39 min 19 sec
Since its inception, humanitarian security risk management has developed rapidly. In recent years, the profession has evolved from the ‘compounds and barbed wire’ activities it used to be known for, shifting to include staff safeguarding, wellbeing, digital security and more. In 2020, a year that seems to define ‘compounding crises’, the profession has been forced to change yet again. NGO security risk managers can now add health and safety and domestic security risk management to their ever-growing repertoires. In this episode, we speak with Andrew Kirkham, Corporate Security Manager for Christian Aid, to unpack the ever-changing trajectory of the NGO security risk management profession.
38 min 19 sec
For some, the digitisation of the humanitarian sphere is a crisis. For others, it’s a door to a world of unforeseen opportunities. Whatever way you look at it, digitisation has the potential to present real risks to NGOs and their staff. After dozens of NGOs were hit by a hack on a large US fundraising database in July, the message has been clear; don’t wait until an incident happens to improve your digital security. While the scope of security risk management continues to grow, encompassing safeguarding, wellbeing and many more non-traditional components, it’s understandable that those in security roles might prefer to leave digital security to their IT colleagues. As ACT Alliance’s Global Security Advisor, James Davis, explains, with such complex security and reputational threats at play in the digital sphere, security risk managers cannot afford to put these issues on the side-lines. ‘All of us… who have anything to do with risk… really need to start looking at, not so much the technical detail around digital risk, but what are the implications of this massive digital footprint we have?’ In this episode, we explore some of the digital risks that NGOs and their staff face in the modern world, and how and why security risk managers might begin to tackle them.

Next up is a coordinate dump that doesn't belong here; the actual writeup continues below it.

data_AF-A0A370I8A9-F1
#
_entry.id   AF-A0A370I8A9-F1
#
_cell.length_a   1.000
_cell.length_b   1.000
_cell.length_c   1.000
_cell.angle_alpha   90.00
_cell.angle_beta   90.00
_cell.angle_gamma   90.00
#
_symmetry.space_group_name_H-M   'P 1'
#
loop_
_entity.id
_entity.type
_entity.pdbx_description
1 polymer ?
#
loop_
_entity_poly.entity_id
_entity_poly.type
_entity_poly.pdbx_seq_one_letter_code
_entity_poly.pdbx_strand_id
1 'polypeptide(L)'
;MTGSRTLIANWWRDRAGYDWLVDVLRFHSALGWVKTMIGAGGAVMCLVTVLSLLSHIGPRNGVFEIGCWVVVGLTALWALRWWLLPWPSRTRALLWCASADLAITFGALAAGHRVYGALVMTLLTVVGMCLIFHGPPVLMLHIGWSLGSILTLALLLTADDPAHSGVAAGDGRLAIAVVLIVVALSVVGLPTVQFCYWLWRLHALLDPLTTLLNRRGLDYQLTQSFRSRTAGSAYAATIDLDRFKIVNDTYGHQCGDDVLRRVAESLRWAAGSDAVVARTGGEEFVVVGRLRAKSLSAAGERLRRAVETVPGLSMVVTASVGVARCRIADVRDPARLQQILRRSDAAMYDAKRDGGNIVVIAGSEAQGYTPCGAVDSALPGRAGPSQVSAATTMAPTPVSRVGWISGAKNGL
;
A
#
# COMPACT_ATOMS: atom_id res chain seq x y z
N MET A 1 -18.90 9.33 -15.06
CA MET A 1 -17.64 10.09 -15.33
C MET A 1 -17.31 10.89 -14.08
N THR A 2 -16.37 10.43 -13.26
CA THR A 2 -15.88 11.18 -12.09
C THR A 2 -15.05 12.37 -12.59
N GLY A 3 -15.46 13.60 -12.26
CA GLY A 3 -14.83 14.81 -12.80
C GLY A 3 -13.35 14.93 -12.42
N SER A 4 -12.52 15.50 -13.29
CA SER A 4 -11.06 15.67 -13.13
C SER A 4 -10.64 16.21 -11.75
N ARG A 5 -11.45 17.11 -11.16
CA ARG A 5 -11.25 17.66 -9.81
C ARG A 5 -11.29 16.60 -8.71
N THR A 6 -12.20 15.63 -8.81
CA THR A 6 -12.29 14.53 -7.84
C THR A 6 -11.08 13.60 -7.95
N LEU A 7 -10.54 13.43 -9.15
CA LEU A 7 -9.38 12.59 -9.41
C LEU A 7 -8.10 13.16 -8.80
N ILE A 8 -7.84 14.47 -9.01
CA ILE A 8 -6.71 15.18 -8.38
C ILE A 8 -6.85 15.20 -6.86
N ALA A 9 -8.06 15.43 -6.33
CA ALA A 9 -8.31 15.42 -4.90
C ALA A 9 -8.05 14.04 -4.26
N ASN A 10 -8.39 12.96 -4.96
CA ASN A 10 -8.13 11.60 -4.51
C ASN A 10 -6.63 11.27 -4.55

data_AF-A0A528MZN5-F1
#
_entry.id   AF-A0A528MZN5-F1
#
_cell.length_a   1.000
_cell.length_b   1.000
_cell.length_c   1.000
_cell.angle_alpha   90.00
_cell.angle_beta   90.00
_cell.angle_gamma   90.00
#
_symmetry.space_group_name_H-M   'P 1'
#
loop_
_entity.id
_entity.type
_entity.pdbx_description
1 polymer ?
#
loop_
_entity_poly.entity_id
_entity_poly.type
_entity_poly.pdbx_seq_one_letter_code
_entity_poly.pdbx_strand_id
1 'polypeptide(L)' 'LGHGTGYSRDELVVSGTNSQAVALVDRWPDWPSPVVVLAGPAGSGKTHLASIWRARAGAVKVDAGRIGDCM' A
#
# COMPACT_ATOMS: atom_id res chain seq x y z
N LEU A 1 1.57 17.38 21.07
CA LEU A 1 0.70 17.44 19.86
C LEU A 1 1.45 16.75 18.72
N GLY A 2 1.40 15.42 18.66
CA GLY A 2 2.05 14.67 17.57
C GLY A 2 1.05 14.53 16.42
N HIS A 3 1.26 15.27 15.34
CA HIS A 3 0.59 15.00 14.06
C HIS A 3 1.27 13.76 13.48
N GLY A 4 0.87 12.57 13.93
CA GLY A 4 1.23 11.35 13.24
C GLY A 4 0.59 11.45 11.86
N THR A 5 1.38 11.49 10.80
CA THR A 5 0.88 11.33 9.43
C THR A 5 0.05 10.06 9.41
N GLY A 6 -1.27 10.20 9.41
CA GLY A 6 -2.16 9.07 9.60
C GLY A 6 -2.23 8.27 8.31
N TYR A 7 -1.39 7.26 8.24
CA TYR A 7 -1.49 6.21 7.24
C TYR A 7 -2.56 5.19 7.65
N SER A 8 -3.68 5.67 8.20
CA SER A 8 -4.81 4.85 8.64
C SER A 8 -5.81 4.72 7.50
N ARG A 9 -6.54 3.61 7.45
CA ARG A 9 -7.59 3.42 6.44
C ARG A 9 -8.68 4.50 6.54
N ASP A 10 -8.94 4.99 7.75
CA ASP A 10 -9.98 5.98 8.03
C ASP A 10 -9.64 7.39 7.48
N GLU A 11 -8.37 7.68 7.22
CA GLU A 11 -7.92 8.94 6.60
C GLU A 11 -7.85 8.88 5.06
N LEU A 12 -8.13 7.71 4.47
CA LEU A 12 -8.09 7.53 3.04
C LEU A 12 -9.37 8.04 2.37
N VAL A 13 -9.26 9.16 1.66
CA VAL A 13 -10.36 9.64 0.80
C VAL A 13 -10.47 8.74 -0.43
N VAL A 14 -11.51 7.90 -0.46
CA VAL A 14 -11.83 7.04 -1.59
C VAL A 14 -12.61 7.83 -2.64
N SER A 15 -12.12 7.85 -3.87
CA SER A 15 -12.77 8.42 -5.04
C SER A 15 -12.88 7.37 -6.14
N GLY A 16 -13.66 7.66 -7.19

43 min 44 sec